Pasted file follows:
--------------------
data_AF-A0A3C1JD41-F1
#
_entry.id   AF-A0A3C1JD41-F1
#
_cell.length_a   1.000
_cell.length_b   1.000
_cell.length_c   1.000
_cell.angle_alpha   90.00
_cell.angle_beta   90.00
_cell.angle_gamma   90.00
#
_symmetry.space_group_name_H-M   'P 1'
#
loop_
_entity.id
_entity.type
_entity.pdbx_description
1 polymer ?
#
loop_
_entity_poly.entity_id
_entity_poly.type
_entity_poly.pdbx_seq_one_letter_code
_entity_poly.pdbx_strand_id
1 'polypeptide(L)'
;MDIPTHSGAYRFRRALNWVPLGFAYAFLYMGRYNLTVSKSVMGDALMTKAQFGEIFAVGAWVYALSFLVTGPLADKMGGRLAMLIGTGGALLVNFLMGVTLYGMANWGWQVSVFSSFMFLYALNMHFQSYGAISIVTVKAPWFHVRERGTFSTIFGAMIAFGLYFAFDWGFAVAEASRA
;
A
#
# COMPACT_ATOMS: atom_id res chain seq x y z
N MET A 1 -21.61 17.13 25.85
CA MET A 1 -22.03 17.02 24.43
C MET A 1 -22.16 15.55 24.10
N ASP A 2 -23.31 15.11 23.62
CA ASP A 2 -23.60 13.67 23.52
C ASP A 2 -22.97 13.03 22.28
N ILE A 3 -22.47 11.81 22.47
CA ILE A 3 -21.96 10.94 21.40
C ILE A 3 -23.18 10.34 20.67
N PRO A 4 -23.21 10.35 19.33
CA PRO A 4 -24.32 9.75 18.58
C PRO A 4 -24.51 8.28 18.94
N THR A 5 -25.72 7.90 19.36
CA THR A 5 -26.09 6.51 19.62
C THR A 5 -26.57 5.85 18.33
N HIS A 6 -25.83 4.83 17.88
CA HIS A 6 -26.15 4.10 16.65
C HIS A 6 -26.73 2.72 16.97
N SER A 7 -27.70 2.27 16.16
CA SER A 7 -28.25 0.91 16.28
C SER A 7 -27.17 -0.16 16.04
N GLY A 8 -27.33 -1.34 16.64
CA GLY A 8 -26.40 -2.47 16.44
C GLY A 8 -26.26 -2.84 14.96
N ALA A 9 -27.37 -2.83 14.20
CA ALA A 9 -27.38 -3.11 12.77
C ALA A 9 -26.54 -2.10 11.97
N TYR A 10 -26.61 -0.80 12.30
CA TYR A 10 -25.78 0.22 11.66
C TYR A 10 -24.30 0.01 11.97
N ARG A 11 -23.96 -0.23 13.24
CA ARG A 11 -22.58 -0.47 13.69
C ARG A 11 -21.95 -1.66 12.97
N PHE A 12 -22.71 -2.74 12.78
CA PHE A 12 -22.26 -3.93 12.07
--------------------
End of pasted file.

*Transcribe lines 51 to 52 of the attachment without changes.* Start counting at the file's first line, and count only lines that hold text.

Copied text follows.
C SER A 7 -27.17 -0.16 16.04
N GLY A 8 -27.33 -1.34 16.64